Dating Violence and Prevention

Five teens talking and laughing while sitting outside on a brick wall

Dating abuse is a big problem in the U.S. One in 3 teens will experience dating violence, and 1 in 5 will experience severe physical violence from a dating partner. The numbers are even higher for LGBTQ youth. Young people who experience dating violence are more likely than their peers to experience symptoms of depression and anxiety, engage in unhealthy or antisocial behaviors, and think about suicide.

The easiest way to stop dating or domestic violence is to prevent it from happening in the first place. Everyone can help prevent violence, including parents, teachers, clergy, coaches, friends, and family.

We put together three things you can do to help prevent dating violence.

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DV and Virtual Mental Health Services

Black woman with long braided hair wearing plaid shirt and sweater sits at a table looking at a notebook and laptop

A year ago, survivors seeking mental health support from LifeWire had several options—one on one therapy, music therapy, and support groups. When the pandemic closed LifeWire’s office, our mental health therapists immediately adapted to working with survivors online or by phone. The shift has come with its challenges and benefits for survivors.

Many survivors who reach out for therapy and support still live in homes that are not safe places. Some survivors have had to postpone therapy because they lacked safe spaces to talk. Therapists brainstorm with survivors about how and where to hold virtual sessions. For survivors, that can mean having a phone call instead of a video chat, sitting in their car instead of their home, or shifting their session to a time when they have the most privacy.

Virtual sessions can make it harder for survivors and therapists to build trust and safety. In-person sessions make it easier for the therapist and survivor to read each other’s facial and body language. They’re also held in a benign location away from the places where violence occurs. Technology can also be an issue, whether it’s accessing stable WI-FI or learning how to use new software.

Despite these challenges, remote therapy sessions and groups have added benefits. Transportation is no longer a barrier to making an appointment. Survivors also don’t have to worry about finding childcare. Most importantly, remote therapy helps survivors mitigate the isolation of coping with domestic violence and COVID-19.

Domestic violence, mob violence, a call for justice

White LifeWire logo on teal background

As a Washington State Coalition Against Domestic Violence (WSCADV) member, LifeWire echoes their statement about last week’s violent and racist attacks on democracy at the U.S. and Washington State Capitols.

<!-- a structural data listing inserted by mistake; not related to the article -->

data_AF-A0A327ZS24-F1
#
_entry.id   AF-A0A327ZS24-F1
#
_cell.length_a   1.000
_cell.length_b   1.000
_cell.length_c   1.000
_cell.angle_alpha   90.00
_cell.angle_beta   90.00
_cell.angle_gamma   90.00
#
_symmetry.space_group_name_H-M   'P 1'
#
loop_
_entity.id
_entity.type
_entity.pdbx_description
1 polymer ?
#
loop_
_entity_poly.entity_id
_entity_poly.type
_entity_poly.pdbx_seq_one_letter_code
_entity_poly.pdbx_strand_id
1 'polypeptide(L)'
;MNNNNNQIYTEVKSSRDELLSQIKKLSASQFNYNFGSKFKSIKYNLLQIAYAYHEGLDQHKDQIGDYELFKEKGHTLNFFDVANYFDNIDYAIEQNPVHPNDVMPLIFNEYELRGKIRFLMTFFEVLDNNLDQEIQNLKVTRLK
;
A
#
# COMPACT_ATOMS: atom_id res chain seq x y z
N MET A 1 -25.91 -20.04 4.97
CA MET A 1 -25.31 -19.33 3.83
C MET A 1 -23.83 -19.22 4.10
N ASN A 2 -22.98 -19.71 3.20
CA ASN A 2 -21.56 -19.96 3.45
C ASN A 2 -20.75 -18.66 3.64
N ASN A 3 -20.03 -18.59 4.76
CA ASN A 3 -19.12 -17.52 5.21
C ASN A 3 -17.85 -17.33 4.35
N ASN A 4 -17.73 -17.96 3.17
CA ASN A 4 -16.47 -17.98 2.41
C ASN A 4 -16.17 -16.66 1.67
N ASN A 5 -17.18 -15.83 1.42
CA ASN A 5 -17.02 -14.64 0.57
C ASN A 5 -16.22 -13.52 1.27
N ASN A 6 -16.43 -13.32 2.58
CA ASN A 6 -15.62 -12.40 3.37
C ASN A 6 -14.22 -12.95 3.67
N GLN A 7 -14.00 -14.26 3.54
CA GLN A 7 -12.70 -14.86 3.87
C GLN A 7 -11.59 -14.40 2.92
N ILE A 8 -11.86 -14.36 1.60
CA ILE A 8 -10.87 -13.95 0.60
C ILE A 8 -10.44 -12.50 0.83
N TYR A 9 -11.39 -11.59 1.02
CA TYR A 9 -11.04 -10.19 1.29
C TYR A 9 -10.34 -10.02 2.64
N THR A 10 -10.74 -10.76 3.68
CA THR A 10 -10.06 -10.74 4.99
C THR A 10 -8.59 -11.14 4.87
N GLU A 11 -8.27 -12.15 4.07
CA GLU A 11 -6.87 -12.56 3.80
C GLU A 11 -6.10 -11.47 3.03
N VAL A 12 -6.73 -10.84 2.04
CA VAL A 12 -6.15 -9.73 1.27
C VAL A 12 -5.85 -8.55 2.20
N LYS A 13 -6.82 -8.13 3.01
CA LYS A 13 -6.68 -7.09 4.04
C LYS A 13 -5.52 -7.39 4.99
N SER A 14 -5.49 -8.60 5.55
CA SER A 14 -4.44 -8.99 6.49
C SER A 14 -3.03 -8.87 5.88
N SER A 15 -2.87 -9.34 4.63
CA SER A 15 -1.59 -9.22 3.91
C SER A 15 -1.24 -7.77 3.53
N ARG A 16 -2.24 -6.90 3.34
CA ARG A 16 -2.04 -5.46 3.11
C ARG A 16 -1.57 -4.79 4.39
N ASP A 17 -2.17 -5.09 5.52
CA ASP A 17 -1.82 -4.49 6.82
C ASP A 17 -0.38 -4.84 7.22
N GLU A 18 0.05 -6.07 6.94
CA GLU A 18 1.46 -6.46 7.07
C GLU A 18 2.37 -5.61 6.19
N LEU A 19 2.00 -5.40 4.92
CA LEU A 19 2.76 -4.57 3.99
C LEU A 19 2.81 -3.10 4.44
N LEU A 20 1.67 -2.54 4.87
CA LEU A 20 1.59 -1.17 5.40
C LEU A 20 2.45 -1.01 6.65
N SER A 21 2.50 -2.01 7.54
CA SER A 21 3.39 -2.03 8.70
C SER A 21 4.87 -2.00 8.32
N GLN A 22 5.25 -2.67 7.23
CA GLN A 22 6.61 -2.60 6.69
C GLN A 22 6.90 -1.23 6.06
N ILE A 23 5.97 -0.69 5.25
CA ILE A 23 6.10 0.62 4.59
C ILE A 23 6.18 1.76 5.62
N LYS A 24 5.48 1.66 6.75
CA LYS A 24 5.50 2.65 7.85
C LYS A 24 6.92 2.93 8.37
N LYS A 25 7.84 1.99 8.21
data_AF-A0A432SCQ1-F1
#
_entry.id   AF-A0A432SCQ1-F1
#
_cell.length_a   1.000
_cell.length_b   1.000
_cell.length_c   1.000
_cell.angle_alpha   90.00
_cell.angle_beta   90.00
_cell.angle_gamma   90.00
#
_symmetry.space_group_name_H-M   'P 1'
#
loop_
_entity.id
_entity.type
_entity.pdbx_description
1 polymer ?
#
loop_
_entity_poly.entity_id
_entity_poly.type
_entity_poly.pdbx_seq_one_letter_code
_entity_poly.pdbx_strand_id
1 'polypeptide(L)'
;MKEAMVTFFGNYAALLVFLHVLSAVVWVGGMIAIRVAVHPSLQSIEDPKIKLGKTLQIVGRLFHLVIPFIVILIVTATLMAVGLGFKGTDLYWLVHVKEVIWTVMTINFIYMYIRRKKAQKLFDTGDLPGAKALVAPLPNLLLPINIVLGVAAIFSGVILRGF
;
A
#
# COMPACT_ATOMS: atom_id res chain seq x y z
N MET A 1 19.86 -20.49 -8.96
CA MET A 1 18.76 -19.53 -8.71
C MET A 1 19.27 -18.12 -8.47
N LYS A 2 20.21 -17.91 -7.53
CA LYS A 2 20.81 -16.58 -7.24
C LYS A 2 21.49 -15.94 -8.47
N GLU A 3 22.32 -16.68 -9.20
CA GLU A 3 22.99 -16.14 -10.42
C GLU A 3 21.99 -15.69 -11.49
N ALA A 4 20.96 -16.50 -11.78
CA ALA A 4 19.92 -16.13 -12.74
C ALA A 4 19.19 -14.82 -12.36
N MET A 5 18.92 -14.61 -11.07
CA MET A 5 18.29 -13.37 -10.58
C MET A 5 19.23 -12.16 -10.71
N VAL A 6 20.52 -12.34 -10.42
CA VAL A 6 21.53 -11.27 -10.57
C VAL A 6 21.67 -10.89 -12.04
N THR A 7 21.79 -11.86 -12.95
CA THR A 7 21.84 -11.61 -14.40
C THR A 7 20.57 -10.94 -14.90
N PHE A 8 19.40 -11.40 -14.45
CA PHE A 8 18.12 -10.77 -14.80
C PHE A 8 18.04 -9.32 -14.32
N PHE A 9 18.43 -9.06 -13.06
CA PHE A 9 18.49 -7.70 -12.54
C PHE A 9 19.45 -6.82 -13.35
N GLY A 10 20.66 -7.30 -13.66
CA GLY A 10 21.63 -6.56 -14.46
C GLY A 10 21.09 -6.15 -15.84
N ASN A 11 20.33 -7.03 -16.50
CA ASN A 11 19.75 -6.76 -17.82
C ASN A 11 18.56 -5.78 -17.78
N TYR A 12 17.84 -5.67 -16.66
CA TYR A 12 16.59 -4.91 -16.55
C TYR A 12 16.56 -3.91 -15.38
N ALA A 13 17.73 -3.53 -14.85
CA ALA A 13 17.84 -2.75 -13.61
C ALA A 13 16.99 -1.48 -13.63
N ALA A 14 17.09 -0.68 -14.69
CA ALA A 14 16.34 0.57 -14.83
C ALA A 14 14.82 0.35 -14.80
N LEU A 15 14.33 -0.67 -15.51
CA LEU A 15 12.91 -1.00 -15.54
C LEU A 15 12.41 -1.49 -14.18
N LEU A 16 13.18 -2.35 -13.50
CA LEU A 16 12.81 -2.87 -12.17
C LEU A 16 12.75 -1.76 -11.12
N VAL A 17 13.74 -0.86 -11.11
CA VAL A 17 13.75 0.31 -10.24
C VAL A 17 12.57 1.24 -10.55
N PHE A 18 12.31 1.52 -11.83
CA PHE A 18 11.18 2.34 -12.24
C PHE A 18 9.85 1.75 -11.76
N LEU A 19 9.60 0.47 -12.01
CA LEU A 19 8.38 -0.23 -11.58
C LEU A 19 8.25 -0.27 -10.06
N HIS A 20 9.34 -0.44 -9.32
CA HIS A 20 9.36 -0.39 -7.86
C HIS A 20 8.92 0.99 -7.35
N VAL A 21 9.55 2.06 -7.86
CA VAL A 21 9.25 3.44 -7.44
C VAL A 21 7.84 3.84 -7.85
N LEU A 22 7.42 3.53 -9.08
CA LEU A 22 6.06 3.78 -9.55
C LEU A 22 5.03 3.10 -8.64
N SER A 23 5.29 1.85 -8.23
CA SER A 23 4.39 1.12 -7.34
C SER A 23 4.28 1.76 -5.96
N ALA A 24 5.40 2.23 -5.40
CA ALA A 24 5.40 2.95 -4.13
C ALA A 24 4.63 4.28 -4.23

“Survivors of abuse and survivor advocates recognize and understand the tactics that are being used by some elected officials, including the President, and extremist supporters: intimidation, gaslighting, use of privilege to avoid arrest or other consequences, violence, and then denying, victim-blaming, and minimizing. People who use abusive tactics often feel entitled to power and control over others. If no one holds them accountable for their abuse, they are emboldened and escalate their violence as a result. This is what allows domestic and sexual violence to continue in our society. Therefore, we refuse to be silent.”

We encourage you to take a moment to read WSCADV’s full statement.

Economic Abuse: Signs and Prevention

Table with empty wallet and a stick note with words financial abuse.

What is Economic Abuse?

When people think about domestic abuse, most people think about verbal, physical, or sexual abuse. Few people think about economic or financial abuse. Economic abuse is one of the most common forms of abuse, occurring in 99% of domestic violence situations.

Economic abuse occurs when one partner controls another’s ability to be financially independent. The lack of financial control or resources often prevents survivors from leaving.

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Domestic Violence and Evictions

Paper copy of eviction notice on brown front door with brass door handle

COVID-19 and evictions

Nationally, one in three renters risks eviction because of financial hardships brought on by the COVID-19 pandemic. The numbers are likely higher for survivors of domestic violence. Even before the pandemic, survivors, especially BIPOC women, were especially vulnerable to eviction because most have experienced financial abuse. Women who have experienced recent or ongoing domestic violence are more likely to face eviction than any other group of women. And Black women face evictions at least three times the rate of other survivors.

COVID-related layoffs, reduced hours, sickness, and the loss of affordable child care have made things worse. Survivors who can no longer afford rent are worried about becoming homeless when Washington’s eviction moratorium ends on December 31 {Update: now extended to September 30, 2021}. Thanks to flexible funds from local governments, foundations, and individuals, LifeWire has provided many survivors with rental assistance, reducing their chance of becoming homeless in the coming months. Even so, too many survivors will face eviction in 2021.

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